And they will run the ball out of Tank/22 personnel (1WR-2TE-2RB) to find out if opposing defenses can match up at the point of attack.
Here’s a look at the Power O (fullback kick-out, guard pull) from the divisional playoffs versus the Panthers.
The 49ers kick out the edge support, lead up onto the second level with the backside guard and gash on the top defenses in the NFL.
If you want to learn more about the power running game, check out the 49ers tape this season. It is downhill, physical football at its best.
7. Defensive Schemes vs. Peyton Manning, Broncos
Without the talent Seattle has in the secondary, opposing defenses won’t be able to copy the Seahawks game plan (Cover 3, 3 Buzz, Cover 1, 1 Robber) versus the Broncos.
But will we see more two-deep (Jaguars game plan in ’13) or some combination coverages like 2 “Buster” that the Colts showed last year?
In 2 “Buster,” one side of the field plays zone (Cover 2) with the other side in “trail” man (2-Man). This allows the defense to protect over the top while taking away the Levels concepts and Hi-Lo looks in the Broncos offensive system.
The point here is to mix up coverages versus Manning. And I’m curious to find out what defenses lead with after an offseason to study the Broncos offense.
8. More “Dakota” Formations
I use the term “Dakota” when talking about a 3x1 formation (Doubles Slot) with the tight end removed as the backside X receiver.
This allows the offense to generate specific matchups inside of the red zone (slant and fade) versus man coverage while also working the backside dig or “dino” (corner post) out in the field.
Here’s an example from 2013 with the Eagles' Zach Ertz as the backside X (Posse/11 personnel) running the “dino” stem for six points.
Remember, tight ends in today’s game give offensive coordinators formation flexibility when they set their game plans. And using the “Dakota” alignment puts the defense in an adverse position to match up with a corner or safety versus a tight end removed from the core of the formation.
9. “Trap” Coverages
Cover 2 “trap” (or “gold”) is a technique often associated with pressure that allows defenses to jump outside breaking routes with a “squat” corner reading inside.
This is from the Chargers-Bengals Wild Card Game this past season, with San Diego setting a “trap” for quarterback Andy Dalton.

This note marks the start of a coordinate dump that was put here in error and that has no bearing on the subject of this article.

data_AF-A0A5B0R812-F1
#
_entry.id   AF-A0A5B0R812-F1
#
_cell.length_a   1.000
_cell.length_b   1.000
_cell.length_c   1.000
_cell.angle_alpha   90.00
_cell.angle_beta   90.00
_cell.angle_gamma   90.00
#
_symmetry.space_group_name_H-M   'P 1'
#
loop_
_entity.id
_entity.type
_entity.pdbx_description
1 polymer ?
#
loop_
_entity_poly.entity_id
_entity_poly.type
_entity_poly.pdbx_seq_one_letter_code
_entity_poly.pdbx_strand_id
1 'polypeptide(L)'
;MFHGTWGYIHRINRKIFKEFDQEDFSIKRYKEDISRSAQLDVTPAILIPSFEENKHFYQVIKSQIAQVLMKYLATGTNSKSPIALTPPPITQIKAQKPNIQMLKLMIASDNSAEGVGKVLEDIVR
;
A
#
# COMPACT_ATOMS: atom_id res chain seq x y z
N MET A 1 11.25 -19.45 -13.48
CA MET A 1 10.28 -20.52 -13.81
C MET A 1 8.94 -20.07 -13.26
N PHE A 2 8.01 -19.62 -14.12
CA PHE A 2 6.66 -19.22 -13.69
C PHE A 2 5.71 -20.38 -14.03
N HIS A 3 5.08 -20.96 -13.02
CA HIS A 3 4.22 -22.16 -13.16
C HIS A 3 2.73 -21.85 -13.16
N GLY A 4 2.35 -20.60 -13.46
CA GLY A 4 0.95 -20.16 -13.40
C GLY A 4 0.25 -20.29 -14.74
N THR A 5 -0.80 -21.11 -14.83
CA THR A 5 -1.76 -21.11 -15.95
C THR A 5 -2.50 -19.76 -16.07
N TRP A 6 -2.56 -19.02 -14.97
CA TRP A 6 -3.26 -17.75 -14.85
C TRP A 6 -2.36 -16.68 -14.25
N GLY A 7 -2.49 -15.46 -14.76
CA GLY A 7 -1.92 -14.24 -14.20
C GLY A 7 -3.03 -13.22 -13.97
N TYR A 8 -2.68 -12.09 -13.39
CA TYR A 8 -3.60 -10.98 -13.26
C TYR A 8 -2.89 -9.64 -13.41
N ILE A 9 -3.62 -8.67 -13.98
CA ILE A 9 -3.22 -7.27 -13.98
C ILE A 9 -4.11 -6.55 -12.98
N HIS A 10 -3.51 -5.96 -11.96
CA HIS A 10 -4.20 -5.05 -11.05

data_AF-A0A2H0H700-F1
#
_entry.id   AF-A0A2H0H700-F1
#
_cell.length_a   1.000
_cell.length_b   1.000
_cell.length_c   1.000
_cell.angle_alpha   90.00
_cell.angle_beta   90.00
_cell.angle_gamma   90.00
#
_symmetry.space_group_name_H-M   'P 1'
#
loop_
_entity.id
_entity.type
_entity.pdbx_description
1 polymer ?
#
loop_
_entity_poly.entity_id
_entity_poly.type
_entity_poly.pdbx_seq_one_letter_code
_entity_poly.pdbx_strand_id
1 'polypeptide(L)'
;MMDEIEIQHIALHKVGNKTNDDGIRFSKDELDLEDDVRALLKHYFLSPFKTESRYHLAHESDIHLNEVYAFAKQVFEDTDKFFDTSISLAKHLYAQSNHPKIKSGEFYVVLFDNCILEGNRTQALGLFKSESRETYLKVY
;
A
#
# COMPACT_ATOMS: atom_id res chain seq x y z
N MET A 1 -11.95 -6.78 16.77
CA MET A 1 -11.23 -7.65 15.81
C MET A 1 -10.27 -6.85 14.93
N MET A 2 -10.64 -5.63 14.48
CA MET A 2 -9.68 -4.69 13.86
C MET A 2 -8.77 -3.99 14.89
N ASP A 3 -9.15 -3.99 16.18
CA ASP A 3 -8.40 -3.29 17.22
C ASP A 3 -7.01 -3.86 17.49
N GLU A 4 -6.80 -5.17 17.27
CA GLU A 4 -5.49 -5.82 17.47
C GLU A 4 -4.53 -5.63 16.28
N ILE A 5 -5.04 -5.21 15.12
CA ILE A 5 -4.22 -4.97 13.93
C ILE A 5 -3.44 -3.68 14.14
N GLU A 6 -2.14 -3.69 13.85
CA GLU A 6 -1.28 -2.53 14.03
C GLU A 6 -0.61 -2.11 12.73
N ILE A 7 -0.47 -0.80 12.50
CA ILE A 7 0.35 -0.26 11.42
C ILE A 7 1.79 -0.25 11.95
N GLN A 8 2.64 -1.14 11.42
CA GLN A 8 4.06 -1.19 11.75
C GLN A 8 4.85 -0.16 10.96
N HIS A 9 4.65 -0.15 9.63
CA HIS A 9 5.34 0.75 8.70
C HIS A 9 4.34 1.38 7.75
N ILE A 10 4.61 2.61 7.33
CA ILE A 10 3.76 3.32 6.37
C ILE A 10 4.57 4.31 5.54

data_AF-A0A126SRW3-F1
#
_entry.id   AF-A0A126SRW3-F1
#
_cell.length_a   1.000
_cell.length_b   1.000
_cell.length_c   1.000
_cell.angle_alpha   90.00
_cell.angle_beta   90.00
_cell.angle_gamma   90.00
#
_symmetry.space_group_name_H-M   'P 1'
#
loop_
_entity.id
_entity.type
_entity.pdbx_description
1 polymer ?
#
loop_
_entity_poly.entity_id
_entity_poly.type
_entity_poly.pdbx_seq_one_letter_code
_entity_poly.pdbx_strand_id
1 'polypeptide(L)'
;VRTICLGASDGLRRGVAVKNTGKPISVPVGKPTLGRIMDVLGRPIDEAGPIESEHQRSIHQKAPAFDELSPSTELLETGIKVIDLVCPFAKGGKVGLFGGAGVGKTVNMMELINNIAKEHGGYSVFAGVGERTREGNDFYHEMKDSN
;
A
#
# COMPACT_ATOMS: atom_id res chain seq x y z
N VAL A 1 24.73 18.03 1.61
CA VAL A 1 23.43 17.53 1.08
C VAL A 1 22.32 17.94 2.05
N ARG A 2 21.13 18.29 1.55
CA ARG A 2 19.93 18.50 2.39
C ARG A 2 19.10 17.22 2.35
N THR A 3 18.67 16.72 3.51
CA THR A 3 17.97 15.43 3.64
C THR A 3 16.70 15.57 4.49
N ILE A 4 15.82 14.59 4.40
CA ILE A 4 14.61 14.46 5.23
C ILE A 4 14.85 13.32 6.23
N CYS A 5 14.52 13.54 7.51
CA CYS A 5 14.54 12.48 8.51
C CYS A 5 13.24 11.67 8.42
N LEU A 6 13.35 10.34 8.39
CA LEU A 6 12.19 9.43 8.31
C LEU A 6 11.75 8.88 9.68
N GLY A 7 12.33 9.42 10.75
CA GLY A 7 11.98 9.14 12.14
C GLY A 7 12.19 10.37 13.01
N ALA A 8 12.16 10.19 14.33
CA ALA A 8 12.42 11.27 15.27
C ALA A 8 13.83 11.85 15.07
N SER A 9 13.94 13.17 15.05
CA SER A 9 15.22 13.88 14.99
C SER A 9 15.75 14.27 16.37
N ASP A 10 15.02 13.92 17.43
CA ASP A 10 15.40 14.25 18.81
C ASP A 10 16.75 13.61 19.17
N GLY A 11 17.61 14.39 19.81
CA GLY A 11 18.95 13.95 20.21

In this technique, the cornerback reads inside to No. 2. If that slot receiver breaks on an outside cut, the cornerback then drops No. 1 (vertical) to safety over the top and jumps the option route.
And with pressure, as we see here, the defense can use inside “vertical hook” defenders to protect versus the seam or dig.
Keep an eye out for this technique during the season, because I saw it often in 2013 with cornerbacks in a position to bait the quarterback into throwing outside breaking cuts to the slot receiver.
10. “Switch” Verticals
With two receivers aligned in a tight split close together, the No. 1 receiver takes a hard inside release and stems vertically to the middle of the field to occupy the free safety.
This creates a natural “pick” situation versus Cover 1 for the slot receiver to release outside on the wheel/rail (defensive back has to bubble over pick).
And when working versus Cover 3, this allows the slot receiver to gain a free release (avoiding the re-route) against the curl-flat defender.
Here’s an example with the Bears' Brandon Marshall and Alshon Jeffery on the “switch” release versus the Vikings Cover 3.
In Cover 3, the curl-flat defender has to run with the wheel. This puts Jeffery in a position to stack on top of the curl-flat defender down the field.
And even with the cornerback dropping Marshall to the free safety, Jeffery makes a ridiculous grab to finish this play for six points.
A common concept the Saints run with Jimmy Graham aligned as the No. 2 receiver inside, the “switch” vertical (post-wheel) is a combination you should look for this season.
Five “Sophomores” Primed for a Breakout Season in 2014